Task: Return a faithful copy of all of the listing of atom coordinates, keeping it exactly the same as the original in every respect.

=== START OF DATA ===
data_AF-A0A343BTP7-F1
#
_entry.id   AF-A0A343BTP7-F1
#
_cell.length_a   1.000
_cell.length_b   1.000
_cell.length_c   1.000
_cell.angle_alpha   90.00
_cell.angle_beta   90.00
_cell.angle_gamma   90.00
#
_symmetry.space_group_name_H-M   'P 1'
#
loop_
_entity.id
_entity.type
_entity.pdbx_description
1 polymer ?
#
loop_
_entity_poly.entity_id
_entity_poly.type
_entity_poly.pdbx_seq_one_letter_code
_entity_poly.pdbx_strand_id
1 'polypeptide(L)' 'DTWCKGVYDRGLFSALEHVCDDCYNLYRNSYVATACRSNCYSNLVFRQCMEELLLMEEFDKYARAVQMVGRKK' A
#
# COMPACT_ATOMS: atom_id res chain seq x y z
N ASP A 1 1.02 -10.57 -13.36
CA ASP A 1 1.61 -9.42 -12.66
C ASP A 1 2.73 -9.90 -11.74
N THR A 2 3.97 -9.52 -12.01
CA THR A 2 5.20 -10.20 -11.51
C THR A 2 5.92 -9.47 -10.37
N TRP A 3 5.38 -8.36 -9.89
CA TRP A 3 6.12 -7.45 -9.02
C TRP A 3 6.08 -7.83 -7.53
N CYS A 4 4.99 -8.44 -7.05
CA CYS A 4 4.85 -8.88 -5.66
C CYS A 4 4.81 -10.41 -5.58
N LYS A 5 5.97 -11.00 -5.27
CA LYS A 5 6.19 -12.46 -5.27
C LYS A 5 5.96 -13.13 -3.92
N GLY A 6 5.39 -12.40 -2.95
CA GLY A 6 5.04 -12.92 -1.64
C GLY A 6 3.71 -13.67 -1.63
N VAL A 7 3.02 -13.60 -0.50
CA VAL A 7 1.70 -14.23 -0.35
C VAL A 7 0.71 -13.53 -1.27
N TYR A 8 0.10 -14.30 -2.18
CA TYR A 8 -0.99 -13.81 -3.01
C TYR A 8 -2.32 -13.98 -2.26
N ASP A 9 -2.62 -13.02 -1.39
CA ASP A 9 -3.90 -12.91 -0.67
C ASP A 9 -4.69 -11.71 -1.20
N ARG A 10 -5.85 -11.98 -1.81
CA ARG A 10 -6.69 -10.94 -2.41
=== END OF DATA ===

data_AF-A0A343BTP7-F1
#
_entry.id   AF-A0A343BTP7-F1
#
_cell.length_a   1.000
_cell.length_b   1.000
_cell.length_c   1.000
_cell.angle_alpha   90.00
_cell.angle_beta   90.00
_cell.angle_gamma   90.00
#
_symmetry.space_group_name_H-M   'P 1'
#
loop_
_entity.id
_entity.type
_entity.pdbx_description
1 polymer ?
#
loop_
_entity_poly.entity_id
_entity_poly.type
_entity_poly.pdbx_seq_one_letter_code
_entity_poly.pdbx_strand_id
1 'polypeptide(L)' 'DTWCKGVYDRGLFSALEHVCDDCYNLYRNSYVATACRSNCYSNLVFRQCMEELLLMEEFDKYARAVQMVGRKK' A
#
# COMPACT_ATOMS: atom_id res chain seq x y z
N ASP A 1 1.02 -10.57 -13.36
CA ASP A 1 1.61 -9.42 -12.66
C ASP A 1 2.73 -9.90 -11.74
N THR A 2 3.97 -9.52 -12.01
CA THR A 2 5.20 -10.20 -11.51
C THR A 2 5.92 -9.47 -10.37
N TRP A 3 5.38 -8.36 -9.89
CA TRP A 3 6.12 -7.45 -9.02
C TRP A 3 6.08 -7.83 -7.53
N CYS A 4 4.99 -8.44 -7.05
CA CYS A 4 4.85 -8.88 -5.66
C CYS A 4 4.81 -10.41 -5.58
N LYS A 5 5.97 -11.00 -5.27
CA LYS A 5 6.19 -12.46 -5.27
C LYS A 5 5.96 -13.13 -3.92
N GLY A 6 5.39 -12.40 -2.95
CA GLY A 6 5.04 -12.92 -1.64
C GLY A 6 3.71 -13.67 -1.63
N VAL A 7 3.02 -13.60 -0.50
CA VAL A 7 1.70 -14.23 -0.35
C VAL A 7 0.71 -13.53 -1.27
N TYR A 8 0.10 -14.30 -2.18
CA TYR A 8 -0.99 -13.81 -3.01
C TYR A 8 -2.32 -13.98 -2.26
N ASP A 9 -2.62 -13.02 -1.39
CA ASP A 9 -3.90 -12.91 -0.67
C ASP A 9 -4.69 -11.71 -1.20
N ARG A 10 -5.85 -11.98 -1.81
CA ARG A 10 -6.69 -10.94 -2.41